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With Bucks hoping to take off, leaving behind Malcolm Brogdon a risky choice

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Next season is the Bucks’ time.

They shouldn’t wait.

They can’t wait.

Milwaukee is very good. Good enough to win a championship. There are no overwhelmingly dominant-looking teams this year. Most of the top contenders will beat up on each other out West. In the Eastern Conference, the 76ers must develop chemistry after a major roster makeover, and Kevin Durant‘s injury puts the Nets another year away from title contention. The Bucks got a necessary and hard-learned lesson in how to compete deep in the playoffs last season. They look primed now.

Giannis Antetokounmpo will also be eligible for a super-max contract extension next offseason. His willingness to re-up might depend on Milwaukee’s success this season. The Bucks remaining elite is totally predicated on keeping the 24-year-old MVP. His satisfaction with the team must be the priority.

With all that swirling, Milwaukee parted with restricted free agent Malcolm Brogdon.

A young talented guard the Bucks held matching rights on – gone. In return, they got absolutely nothing that will directly help them in the ultra-important upcoming season.

Maybe that was the right call. By signing-and-trading Brogdon to the Pacers, Milwaukee got a first-rounder and two second-rounders and avoided paying a red-flagged player $85 million over four years. There’s a case the Bucks got enough value and preserved enough flexibility to justify the move, even considering next season’s high stakes.

But this was also an essential decision for avoiding the luxury tax. That can’t be dismissed. If Milwaukee weakened its roster due to a refusal to pay the luxury tax this season of all seasons, that’d be incredibly disappointing.

This could be a choice that significantly shapes the Bucks for the next decade. I wish I had a better sense of their motivations.

At least Milwaukee got done the rest of its heavy lifting this summer and even rebounded nicely from the loss of Brogdon.

The Bucks re-signed Khris Middleton for less than the max (five years, $177.5 million). It was essential to keep Antetokounmpo’s lone supporting star.

Brook Lopez – with his 3-point shooting and interior defense – is even more important to Milwaukee’s identity. In a tricky situation due to holding only his Non-Bird Rights, the Bucks cleared enough cap space to re-sign him for four years, $52 million.

Milwaukee also had enough cap space to re-sign George Hill (three years, $28,771,806 with $20 million guaranteed). Hill played well in the playoffs. He’s also 33. It’s worth signing Hill to this deal. He can back up Eric Bledsoe, who struggled the last two postseasons, and help at shooting guard with Brogdon gone. But it’s far from certain Hill will live up to this contract.

The Bucks found surprising reinforcements at shooting guard with Wesley Matthews (1+1 minimum) and Kyle Korver (one-year minimum). Both are past their primes, but that’s tremendous value for those two. The big question: Would they have come to Milwaukee if Brogdon hadn’t left open so much playing time? That must be considered in the Brogdon evaluation, but again, it’s difficult to discern.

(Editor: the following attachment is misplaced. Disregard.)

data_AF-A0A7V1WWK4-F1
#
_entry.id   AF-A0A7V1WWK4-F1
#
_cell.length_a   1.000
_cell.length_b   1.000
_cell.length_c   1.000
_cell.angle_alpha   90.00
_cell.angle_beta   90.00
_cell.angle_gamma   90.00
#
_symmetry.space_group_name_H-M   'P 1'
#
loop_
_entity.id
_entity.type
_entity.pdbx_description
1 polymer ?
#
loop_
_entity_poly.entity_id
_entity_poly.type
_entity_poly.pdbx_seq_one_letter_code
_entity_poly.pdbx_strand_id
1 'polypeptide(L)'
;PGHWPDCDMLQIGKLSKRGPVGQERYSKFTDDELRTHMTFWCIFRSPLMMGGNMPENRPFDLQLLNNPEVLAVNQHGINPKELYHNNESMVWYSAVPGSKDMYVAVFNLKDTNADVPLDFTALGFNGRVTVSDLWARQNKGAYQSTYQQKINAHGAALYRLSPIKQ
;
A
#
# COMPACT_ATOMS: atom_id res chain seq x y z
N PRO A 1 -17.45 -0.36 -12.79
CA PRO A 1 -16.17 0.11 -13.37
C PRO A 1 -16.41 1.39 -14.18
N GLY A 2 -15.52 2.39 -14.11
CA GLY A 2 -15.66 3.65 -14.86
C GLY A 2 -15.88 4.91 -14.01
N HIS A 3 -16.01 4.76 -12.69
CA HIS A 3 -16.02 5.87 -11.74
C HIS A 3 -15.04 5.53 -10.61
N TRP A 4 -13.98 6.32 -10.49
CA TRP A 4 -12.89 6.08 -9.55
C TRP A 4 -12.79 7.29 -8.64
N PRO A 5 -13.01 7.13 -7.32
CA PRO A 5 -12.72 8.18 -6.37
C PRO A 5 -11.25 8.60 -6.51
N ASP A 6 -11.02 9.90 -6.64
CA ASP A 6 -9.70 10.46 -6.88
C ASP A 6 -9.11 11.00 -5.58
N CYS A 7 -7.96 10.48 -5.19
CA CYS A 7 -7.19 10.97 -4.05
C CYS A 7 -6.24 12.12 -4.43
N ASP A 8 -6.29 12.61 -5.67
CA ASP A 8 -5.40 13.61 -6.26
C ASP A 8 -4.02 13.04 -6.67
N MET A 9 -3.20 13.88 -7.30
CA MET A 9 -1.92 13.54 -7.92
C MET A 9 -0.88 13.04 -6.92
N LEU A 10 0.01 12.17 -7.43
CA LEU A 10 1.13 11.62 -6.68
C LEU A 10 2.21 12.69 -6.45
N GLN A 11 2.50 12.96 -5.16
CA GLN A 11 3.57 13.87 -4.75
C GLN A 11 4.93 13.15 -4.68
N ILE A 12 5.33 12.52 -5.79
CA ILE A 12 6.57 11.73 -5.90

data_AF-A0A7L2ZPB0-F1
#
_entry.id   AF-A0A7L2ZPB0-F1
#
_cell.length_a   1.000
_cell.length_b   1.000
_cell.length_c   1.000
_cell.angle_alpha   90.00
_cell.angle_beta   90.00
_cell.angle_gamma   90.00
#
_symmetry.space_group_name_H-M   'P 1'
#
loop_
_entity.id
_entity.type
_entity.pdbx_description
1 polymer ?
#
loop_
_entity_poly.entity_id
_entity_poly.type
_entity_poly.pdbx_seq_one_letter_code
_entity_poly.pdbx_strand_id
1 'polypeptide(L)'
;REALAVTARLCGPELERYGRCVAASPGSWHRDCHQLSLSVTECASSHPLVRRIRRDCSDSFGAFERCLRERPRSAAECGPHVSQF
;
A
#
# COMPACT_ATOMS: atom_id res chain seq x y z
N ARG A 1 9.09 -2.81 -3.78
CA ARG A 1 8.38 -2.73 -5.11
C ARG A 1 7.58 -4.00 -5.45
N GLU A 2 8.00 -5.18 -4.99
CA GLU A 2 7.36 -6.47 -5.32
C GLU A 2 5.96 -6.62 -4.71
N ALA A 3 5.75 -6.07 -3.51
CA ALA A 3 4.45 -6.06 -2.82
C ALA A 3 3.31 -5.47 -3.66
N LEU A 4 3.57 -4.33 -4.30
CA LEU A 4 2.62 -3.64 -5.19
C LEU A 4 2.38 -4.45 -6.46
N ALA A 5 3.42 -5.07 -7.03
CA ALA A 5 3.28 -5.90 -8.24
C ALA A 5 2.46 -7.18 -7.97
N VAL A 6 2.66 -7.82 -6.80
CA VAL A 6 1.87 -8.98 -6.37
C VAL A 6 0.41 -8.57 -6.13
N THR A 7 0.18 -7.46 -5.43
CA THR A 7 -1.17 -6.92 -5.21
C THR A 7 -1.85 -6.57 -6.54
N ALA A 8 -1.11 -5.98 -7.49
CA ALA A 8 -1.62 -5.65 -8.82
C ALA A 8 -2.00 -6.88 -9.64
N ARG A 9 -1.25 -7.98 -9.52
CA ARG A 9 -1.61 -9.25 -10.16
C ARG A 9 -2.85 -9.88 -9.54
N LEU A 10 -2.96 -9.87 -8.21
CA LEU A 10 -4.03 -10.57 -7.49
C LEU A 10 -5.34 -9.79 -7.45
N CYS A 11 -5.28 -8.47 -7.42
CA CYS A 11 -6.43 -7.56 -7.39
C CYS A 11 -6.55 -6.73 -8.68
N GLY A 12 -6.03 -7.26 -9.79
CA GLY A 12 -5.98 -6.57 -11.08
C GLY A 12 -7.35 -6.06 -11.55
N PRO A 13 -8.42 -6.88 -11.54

Robin Lopez signed for the room exception on 1+1. He’ll back up his twin brother. The Bucks could use Robin’s size at the position, especially with Joel Embiid and Philadelphia looking like the top threat in the East.

These are all good deals for Milwaukee. This offseason could have gone far worse for the Bucks given the steps they had to take to open cap space for Brook Lopez and Hill.

Milwaukee traded the overpaid but still helpful Tony Snell and No. 30 pick to the Pistons for Jon Leuer then waived Leuer, accepting a $3,169,348 over the next three years. That was a nasty set of transactions, but it was necessary. The Bucks also lost Nikola Mirotic, who returned to Europe.

After that, it was standard low-end roster moves. Adding Dragan Bender is intriguing. Adding Thanasis Antetokounmpo is the cost of doing business.

It just keeps coming back to Brogdon. How much will the Bucks miss him? How much did his departure improve their ability to lure Matthews and Korver? What will Milwaukee do with the draft picks acquired from Indiana?

That last one is a biggie. Trade those picks in the right deal, and the roster next could be even than it would have been with Brogdon – especially if ownership is willing to enter the luxury tax.

I just have a hard time figuring out where the Bucks stand on that, and it makes me uneasy about their summer.

Offseason grade: C

Michelle Roberts says if you don’t like player movement blame owners, too

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Last summer was one of the wildest offseasons in NBA history, maybe the wildest, and the headline was player empowerment. Anthony Davis pushed his way to the Lakers, Paul George forced his way out of Oklahoma City to go to the Clippers and join Kawhi Leonard, which soon had Russell Westbrook joining his old teammate James Harden in Houston. It led to frustration by some owners and changes in how the NBA will handle tampering.

Except, by choice is not how most players change teams. While AD or George has the leverage to make a power play — because of their exceptional talent — most of the time players are traded because the owner/team has all the power and can uproot players for whatever reason (basketball reasons sometimes, saving money other times). The stars have free agent options, rotation players much less so in that system.

Michelle Roberts, executive director of the National Basketball Players’ Association, wants you to remember that it’s not just player power that has led to the increase in player movement, as she told Mark Spears of The Undefeated.

Michele Roberts, told The Undefeated that she believes there is a “double standard” between how stars are viewed when they decide to move on compared with when franchises choose to make a major transaction, adding that team owners “continue to view players as property.”

“If you want to be critical of one, be critical of both,” Roberts said from the NBPA’s offices in Manhattan. “Those of us who made decisions to move, it’s really astounding to even consider what it feels like to be told in the middle of your life you are going to have to move. But that’s the business we’re in. …